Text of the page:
One day Jordan came home from first grade and told me "If I were her (Jordan's teacher) I would quit my job because she has to yell at the kids so much." Well, that can't be good.
A few weeks earlier, during our parent teacher conference, this same teacher informed us that Jordan being in the classroom, was like having a student teacher present. Huh? She said when they made eye contact, Jordan appeared to understand her level of frustration whenever she had trouble controlling the boys in the classroom.
There were so many aspects of this conversation that seemed wrong. School should be a comfortable environment; a safe haven for all children. Jordan loved learning and being in school, which was actually a huge deal for us. It was my hope that this positivity would continue. It seemed unfair that because a teacher was having difficulty disciplining her class, Jordan was made to feel uncomfortable and anxious. I understood first hand the dynamics of teaching, and the many challenges it involved. I was also blatantly aware of Jordan's tendencies towards over sensitivity and over-intuitiveness.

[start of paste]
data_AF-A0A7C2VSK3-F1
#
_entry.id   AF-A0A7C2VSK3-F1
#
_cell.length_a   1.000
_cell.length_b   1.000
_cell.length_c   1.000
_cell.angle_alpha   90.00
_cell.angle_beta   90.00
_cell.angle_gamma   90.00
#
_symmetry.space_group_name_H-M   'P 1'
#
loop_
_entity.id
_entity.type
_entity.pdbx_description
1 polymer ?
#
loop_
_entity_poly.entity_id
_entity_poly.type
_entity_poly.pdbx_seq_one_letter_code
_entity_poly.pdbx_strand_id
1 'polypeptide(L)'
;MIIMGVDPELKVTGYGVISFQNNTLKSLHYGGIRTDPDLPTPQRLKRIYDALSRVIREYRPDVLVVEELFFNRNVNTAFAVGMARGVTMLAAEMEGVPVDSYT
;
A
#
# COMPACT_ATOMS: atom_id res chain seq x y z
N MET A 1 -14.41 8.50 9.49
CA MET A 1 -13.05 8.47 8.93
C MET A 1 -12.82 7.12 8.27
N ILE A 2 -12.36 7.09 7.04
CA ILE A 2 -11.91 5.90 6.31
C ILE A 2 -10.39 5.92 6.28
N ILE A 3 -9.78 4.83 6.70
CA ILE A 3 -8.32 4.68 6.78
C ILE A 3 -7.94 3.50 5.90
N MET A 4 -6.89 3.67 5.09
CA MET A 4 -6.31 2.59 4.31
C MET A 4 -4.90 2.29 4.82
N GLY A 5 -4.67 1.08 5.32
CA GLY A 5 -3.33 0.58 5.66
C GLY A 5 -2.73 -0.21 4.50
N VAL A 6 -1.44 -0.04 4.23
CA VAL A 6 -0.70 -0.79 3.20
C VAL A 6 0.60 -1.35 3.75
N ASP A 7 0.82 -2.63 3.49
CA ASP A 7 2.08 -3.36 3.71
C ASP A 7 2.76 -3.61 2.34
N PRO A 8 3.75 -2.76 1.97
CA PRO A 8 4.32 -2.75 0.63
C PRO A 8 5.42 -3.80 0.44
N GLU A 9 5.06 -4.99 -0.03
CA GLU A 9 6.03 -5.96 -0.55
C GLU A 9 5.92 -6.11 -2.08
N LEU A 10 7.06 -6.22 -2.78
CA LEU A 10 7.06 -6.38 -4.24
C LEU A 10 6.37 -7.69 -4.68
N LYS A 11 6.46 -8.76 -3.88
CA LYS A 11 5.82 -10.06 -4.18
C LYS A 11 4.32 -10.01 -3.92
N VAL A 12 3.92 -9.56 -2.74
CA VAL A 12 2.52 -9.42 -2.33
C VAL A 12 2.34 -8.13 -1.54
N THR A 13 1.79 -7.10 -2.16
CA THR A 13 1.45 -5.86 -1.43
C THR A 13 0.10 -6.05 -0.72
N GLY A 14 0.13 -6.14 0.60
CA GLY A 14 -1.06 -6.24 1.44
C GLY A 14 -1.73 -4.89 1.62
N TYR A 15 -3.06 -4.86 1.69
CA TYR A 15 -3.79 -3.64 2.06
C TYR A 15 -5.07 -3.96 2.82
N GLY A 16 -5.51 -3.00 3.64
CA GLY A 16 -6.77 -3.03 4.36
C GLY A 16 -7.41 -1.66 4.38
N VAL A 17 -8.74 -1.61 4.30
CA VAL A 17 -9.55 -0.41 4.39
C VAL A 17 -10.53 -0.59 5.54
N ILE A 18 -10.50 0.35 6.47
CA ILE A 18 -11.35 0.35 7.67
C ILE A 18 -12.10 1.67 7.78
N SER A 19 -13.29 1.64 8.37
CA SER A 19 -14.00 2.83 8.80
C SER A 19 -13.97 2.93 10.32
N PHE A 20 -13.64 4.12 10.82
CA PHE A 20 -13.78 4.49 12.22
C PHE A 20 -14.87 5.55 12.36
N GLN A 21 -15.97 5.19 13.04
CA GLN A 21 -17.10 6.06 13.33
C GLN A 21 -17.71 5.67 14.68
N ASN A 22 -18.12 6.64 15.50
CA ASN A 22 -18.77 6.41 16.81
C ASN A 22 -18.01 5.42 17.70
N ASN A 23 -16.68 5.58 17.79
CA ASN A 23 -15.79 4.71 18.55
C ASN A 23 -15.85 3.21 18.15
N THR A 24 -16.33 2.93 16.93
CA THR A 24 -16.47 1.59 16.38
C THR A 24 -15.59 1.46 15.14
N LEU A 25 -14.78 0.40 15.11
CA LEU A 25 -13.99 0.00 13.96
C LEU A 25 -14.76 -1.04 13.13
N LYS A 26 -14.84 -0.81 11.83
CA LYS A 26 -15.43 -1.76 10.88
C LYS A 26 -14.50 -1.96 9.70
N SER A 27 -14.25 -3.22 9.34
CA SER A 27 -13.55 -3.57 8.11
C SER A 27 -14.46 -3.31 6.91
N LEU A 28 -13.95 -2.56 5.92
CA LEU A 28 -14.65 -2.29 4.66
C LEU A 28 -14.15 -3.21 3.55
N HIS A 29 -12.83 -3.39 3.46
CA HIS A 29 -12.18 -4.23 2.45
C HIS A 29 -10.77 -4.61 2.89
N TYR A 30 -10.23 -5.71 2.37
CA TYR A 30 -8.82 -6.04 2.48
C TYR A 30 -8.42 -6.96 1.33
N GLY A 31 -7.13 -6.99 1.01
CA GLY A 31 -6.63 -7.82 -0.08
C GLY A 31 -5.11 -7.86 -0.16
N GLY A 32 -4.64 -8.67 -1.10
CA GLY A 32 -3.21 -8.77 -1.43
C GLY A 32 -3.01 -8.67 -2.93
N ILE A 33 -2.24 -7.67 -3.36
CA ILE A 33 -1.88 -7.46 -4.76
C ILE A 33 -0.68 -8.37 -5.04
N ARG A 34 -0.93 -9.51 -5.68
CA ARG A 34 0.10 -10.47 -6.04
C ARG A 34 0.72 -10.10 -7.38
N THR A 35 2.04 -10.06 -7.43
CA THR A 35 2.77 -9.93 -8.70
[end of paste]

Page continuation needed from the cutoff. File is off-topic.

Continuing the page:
I assumed most kids were probably unaware of their teacher's emotions; of the behind-the scenes-vibes. Why was Jordan internalizing these angst-filled, adult feelings of frustration at such a young age? She said she would quit if she were the teacher. That's quite a telling statement. When I spoke to her teacher about this, she appeared to get visibly shaken by Jordan's comment. My intent was certainly not to challenge or upset her. After all, I actually had no solid evidence of what was going on in the classroom. All my information was coming from the mouth of a seven year old. A rule following, easily affected, super-serious, seven year old.
Yes, she was different. (I know, who isn't?) But my next pathway of worry began to evolve; the chance that she wouldn't "fit in" with the other first grade children. What if she began to ostracize herself socially, and alienate herself from the other kids?
Realizing that once she was at school, I had no actual, hands-on control (which really was something to get accustomed to) I guess I was forced to hope-for-the-best, like most parents are.
Fast forward to today, and those special people who share the before mentioned super powers...
With the amount of information, emotion, anger, hypocrisy, ridiculousness, natural disasters, violence, lack of respect... well, you probably get my point. With all of this going on, having these super powers must be really, mindbogglingly difficult at times.